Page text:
This week on Hold your Fire! Richard Atwood and Naz Modirzadeh talk to Crisis Group experts Tiziano Breda and Ivan Briscoe about politics in El Salvador, Nicaragua and Honduras and why Central Americans are leaving for the United States.
Originally published in Foreign Policy
Colombia’s 2016 peace deal was a landmark achievement, convincing the FARC guerrillas to disarm and enter civilian life. Yet much remains to be done to show insurgents that they can redress their grievances through ordinary politics. The country’s leaders should recommit to finishing the job.
With general elections approaching in Honduras, memories of the turbulence around the 2017 vote remain fresh. To avoid a repeat, politicians in Tegucigalpa should pledge to respect the results and authorities should clarify who would resolve any dispute. External actors should prepare to help.
Colombia’s vast forest is fast receding, partly because guerrillas and criminals are clearing land for farming, ranching and other pursuits. These unregulated activities are causing both dire environmental harm and deadly conflict. Bogotá should take urgent steps to halt the damage.
Haiti is reeling from the president’s assassination, a major earthquake and a severe tropical storm. The country needs urgent assistance, and its planned elections can wait. Outside powers should channel aid through local civil society groups, help investigate high-level crimes and support pressing reforms.
In Colombia’s history of protest, the 2021 mobilisations against inequality and police brutality stand out for their breadth and intensity. Unrest has quieted for now but could soon return. The government should urgently reform the security sector while working to narrow the country’s socio-economic chasms.
Campaign season in Mexico has seen a rash of murders, as organised crime seeks to cement its influence no matter which parties win. The government needs to keep trying to break bonds between criminals and authorities, beginning with efforts tailored to the country’s hardest-hit areas.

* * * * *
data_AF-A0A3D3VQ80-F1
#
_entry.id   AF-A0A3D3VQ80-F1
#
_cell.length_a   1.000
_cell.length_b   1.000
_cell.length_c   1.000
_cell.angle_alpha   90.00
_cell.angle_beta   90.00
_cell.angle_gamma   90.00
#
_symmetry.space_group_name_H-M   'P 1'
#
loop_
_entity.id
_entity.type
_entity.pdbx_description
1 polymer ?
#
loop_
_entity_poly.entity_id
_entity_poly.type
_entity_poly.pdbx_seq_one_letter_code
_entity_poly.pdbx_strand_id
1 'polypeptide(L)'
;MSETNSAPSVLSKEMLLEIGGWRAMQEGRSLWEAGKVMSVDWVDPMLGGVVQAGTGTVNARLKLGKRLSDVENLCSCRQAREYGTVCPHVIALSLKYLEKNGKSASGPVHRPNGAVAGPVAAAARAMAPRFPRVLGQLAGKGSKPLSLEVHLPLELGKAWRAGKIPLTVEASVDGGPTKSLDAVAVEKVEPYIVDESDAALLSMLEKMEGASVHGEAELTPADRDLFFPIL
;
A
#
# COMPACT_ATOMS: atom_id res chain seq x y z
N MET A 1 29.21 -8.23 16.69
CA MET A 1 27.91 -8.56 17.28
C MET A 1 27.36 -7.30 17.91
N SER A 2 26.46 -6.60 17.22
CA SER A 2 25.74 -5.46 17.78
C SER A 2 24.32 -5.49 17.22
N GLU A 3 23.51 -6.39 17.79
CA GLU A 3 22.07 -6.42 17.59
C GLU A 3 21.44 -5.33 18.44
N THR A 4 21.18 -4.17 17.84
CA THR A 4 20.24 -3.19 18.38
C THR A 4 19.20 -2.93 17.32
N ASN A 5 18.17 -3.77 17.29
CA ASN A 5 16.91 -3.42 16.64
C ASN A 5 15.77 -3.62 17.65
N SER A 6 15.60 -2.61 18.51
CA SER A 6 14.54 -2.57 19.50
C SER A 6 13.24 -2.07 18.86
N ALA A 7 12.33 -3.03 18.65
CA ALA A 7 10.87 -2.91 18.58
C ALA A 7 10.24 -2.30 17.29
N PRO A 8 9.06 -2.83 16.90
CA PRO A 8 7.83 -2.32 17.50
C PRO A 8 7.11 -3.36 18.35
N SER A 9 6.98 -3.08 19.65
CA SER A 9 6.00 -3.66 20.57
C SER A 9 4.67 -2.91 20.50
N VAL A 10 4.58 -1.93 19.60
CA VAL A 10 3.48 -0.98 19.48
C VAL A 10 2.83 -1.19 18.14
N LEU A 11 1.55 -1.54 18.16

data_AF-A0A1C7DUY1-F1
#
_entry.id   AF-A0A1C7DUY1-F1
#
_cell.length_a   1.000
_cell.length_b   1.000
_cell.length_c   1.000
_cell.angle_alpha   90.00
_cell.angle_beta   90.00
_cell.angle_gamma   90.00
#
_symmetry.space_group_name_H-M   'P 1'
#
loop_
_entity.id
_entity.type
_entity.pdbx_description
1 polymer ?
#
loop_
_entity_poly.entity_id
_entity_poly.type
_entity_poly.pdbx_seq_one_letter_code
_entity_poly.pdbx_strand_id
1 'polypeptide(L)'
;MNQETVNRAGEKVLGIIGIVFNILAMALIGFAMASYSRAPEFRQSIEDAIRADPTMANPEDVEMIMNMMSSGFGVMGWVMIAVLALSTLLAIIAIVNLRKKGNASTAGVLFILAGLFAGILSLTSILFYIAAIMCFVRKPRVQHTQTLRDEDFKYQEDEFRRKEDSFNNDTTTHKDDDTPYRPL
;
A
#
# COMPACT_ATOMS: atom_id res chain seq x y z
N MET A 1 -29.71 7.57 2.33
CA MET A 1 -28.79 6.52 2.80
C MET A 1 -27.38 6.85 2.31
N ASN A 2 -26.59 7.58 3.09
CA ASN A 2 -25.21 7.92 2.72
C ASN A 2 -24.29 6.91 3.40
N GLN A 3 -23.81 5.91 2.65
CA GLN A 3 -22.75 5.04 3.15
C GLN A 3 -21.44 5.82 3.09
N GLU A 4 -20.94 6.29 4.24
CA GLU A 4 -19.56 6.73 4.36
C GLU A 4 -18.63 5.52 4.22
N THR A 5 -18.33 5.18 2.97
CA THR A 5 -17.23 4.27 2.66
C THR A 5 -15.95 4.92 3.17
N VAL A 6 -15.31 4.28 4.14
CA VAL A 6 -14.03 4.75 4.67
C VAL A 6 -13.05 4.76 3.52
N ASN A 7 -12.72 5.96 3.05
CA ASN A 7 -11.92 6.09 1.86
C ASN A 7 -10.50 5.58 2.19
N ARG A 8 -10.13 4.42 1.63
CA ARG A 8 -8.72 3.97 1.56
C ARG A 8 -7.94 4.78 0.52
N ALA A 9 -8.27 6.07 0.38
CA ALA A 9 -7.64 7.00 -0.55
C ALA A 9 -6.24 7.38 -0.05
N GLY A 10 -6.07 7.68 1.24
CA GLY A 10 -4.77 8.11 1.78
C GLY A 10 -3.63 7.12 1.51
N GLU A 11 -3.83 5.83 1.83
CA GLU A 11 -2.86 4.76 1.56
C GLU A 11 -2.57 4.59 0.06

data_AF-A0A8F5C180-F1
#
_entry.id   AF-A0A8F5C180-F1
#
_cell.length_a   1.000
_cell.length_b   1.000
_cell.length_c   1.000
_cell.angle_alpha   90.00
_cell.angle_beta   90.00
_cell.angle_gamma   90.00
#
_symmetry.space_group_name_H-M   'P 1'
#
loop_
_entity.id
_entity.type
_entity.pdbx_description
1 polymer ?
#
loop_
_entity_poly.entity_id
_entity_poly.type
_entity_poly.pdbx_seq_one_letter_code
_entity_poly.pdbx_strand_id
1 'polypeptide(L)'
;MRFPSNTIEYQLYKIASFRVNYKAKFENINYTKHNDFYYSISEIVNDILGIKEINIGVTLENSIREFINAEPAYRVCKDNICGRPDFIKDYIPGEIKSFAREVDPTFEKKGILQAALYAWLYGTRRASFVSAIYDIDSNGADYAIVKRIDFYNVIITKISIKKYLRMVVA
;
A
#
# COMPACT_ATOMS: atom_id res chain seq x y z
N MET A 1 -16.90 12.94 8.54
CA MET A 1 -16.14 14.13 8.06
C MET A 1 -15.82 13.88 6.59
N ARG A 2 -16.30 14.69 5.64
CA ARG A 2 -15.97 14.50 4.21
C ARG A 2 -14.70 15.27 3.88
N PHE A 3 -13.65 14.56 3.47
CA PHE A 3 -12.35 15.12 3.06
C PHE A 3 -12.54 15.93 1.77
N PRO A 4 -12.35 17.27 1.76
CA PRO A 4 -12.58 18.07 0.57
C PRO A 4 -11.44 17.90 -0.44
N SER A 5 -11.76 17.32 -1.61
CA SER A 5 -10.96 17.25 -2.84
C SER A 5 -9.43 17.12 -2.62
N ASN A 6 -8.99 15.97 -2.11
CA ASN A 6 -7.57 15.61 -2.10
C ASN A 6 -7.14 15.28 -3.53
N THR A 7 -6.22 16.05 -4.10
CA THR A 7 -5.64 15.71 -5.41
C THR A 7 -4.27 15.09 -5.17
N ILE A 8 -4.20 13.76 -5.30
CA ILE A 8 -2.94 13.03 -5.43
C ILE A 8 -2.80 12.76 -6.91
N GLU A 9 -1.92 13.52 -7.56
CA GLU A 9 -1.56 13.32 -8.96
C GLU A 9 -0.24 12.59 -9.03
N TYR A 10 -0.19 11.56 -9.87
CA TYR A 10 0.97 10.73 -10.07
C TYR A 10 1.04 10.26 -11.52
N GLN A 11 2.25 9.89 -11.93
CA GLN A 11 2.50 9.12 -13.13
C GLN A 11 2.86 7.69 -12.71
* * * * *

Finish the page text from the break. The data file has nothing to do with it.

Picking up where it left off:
Today, the commitment of ex-combatants [of FARC] to remaining in civilian life is visible across Colombia and deserves the full support of the international community.
[Nicaraguan President Daniel Ortega] has shown that political survival outweighs any possible internal or external pressure. It was a matter of life or death for him to ensure re-election.
The problem in Mexico is still being reduced by most as a turf war between cartels, while it is more of an internal violent conflict.
Maduro is very isolated internationally. It's hard for him to trade. He can't renegotiate the massive debt that Venezuela has. So he needs some relief.
There is no armed or military solution to this crisis [in Colombia]. But agendas on all sides are increasingly tempted to look for one.
There is no way you could credibly claim that any armed or criminal group is motivating or coercing protesters to the street [in Colombia].
The International Criminal Court has announced an investigation into crimes against humanity committed during Venezuelan opposition protests in 2017. In this Q&A, Crisis Group expert Mariano de Alba explains that it remains unclear how the enquiry will proceed.
Bram Ebus, Crisis Group consultant for the Andes, investigates how deforestation in Colombia is often linked to conflict.
Originally published in Newsweek
This roundtable examines the causes of violence and instability in Haiti and explores the ways in which Haitians, with the support of the international community, can take actions to overcome the current crisis.